Working with seven federal, state and local agencies that form an interagency review team, the farm is creating its long-term plan to create the Wapato Valley Mitigation and Conservation Bank though the Washington State Mitigation Banking Program.
Plas Newydd’s restoration plan is based off the family’s on-site knowledge and a trove of naturalist observations, historical documents and hand-drawn maps reaching back to the 1830s.
“I then filtered them from an ecological perspective and filled in a few gaps with technical things I knew where to find,” Jorgensen said. “I put the ‘ology’ filter on it and we put it in the technical documents.”
The farm is proposing to have four different types of mitigation credits for streaked-horned lark, wetlands, fish habitat and oak woodlands. Currently, it’s about 2 1/2 years into the certification process for its wetlands and conservation bank, and expects to be done with it early next year. The first phase of construction could begin next summer.
The 876-acre bank will restore dynamic floodplain habitat for native plants and animals as well as migratory birds and fish, but the benefits aren’t limited to the camas, salmon and sandhill cranes.
As with any farm, Plas Newydd capitalizes off what it can grow and sell, but that can be challenging when trying to balance commodity rotations with market fluctuations, property taxes and the pressure to sell the land or develop it.
By turning the land into a wetland and conservation bank, the farm can take some of those pressures off and get paid to restore the land to a more natural state by developers who need to offset their impacts.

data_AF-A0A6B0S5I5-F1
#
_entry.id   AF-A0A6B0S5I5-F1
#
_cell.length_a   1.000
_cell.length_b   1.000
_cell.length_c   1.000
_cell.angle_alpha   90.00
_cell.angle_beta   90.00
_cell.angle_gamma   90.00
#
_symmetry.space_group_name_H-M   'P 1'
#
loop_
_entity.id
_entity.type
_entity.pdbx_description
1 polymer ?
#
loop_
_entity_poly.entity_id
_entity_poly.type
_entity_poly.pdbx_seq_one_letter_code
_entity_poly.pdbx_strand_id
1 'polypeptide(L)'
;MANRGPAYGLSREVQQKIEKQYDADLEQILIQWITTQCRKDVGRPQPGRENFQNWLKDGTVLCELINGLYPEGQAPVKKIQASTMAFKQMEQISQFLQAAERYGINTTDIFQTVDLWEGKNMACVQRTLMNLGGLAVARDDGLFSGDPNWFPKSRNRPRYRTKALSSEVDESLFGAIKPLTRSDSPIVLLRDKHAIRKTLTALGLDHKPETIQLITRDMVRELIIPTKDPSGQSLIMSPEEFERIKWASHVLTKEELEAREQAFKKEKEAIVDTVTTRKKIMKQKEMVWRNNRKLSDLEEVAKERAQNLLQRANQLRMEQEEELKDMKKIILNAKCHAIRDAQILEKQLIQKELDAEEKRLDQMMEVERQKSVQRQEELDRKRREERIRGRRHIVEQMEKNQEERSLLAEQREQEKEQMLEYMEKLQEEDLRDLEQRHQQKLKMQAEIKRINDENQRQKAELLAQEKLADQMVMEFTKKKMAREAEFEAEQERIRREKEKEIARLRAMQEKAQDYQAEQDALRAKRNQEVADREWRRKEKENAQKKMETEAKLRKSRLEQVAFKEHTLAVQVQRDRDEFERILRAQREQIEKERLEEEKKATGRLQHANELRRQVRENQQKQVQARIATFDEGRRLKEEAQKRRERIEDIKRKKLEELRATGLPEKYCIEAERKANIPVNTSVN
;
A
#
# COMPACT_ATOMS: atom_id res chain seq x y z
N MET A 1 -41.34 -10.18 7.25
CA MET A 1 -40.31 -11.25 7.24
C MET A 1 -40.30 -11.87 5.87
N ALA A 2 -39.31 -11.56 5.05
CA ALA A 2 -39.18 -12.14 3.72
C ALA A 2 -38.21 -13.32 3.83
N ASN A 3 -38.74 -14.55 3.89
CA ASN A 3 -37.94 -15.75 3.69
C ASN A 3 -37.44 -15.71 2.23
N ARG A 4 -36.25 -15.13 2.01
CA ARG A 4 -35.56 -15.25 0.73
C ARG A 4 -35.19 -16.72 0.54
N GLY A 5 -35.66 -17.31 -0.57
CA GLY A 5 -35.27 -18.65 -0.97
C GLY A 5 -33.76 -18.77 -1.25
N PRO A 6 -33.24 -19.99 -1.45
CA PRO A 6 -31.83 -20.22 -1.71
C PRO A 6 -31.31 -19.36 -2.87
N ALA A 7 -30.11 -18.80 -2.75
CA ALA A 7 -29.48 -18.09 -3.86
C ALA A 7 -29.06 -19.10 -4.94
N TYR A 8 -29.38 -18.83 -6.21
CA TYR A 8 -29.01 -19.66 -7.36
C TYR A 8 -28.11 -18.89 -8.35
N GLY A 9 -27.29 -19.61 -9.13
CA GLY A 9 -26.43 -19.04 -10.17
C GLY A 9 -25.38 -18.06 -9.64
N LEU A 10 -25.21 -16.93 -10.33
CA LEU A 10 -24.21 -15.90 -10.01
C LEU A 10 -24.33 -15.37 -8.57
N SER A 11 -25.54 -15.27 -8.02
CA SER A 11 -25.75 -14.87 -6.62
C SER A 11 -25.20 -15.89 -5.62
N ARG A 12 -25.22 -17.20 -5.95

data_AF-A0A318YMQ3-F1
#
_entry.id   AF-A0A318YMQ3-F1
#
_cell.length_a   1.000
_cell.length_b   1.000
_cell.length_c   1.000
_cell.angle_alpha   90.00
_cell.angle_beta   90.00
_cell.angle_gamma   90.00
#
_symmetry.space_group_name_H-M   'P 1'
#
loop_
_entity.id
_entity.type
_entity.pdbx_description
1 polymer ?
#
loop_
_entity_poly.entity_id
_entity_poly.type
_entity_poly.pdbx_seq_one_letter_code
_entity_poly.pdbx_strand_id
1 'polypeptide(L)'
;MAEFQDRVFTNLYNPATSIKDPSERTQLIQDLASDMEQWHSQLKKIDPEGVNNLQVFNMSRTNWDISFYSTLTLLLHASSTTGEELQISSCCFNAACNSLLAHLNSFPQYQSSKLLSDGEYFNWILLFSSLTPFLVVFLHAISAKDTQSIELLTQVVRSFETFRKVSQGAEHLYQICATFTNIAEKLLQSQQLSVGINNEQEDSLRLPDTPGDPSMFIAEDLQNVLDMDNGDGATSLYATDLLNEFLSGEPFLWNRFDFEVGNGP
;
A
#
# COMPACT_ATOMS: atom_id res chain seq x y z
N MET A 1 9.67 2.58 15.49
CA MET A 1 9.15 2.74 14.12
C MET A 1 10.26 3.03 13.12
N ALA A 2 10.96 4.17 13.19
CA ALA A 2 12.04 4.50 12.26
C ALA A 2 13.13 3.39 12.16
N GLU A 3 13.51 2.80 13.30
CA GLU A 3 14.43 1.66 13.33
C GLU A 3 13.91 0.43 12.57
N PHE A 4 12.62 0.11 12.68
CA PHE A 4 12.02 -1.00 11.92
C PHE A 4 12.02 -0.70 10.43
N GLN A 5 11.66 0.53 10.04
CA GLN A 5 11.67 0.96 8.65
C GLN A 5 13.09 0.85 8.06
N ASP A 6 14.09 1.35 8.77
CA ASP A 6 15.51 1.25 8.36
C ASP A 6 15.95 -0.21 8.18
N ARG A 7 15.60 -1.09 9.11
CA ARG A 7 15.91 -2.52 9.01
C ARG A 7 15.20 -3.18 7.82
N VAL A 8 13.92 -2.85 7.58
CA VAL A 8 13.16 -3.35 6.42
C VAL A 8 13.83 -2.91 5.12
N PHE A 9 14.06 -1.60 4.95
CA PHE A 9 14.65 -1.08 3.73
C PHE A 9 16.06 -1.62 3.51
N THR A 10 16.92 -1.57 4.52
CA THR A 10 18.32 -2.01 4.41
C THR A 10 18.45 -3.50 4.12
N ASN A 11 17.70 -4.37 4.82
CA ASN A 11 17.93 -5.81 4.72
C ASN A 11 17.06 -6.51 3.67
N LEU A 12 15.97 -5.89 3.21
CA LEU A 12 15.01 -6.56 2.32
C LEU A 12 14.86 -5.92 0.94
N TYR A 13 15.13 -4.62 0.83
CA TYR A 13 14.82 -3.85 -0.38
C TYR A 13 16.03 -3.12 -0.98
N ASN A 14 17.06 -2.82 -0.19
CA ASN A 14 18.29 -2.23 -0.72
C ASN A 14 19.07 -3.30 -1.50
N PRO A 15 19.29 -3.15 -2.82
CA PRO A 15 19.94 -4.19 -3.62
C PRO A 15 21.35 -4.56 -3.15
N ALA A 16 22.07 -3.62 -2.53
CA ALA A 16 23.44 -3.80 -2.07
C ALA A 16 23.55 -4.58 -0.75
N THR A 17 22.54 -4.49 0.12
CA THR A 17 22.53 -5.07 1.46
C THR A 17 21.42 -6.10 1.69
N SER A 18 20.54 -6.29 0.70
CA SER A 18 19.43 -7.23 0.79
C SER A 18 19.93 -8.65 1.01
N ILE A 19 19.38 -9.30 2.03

“A conservation bank allows you to capitalize on your natural assets rather than selling them for development,” Jorgensen said.
When developers want to build new roads or buildings or subdivision they have to get permits that typically require some sort of mitigation to make up for the environmental damage they’re causing.
Curt Hart, spokesman for the Department of Ecology’s Shorelands and Environmental Assistance program, said developers used to try to restore wetland habitat on-site — which is why you sometimes see a large grassy pond in the middle of a neighborhood — but that approach usually isn’t as successful as preserving or restoring large areas.
“Concentration is where you’re getting more bang for your buck,” he said. “If you’re a developer and you’re going to have unavoidable impacts to three to five acres of wetlands — if you can buy credits that are in a large area that has important aquatic species like fish or waterfowl you can really harness that instead of having a patchwork here or patchwork there.”
Morgan, who is the third-generation manager of the farm, said profitability has always been key to running the farm, but sustainability and conservation have always been an important aspect of his family’s land-management practices.
It’s reflected in his father’s decision years ago, when he opted to keep oak on the property rather than cutting it down and replacing it with more profitable Douglas fir, to his own choice to create the mitigation bank.
“I could have 20-acre lots with Lewis River frontage and crazy property lines and I could do that in six months. That’d be easy,” Morgan said. “But I can’t do it the easy way, man. I have to do it the hard way. This is the ecologically sustainable way. It’s the right thing to do with the property.”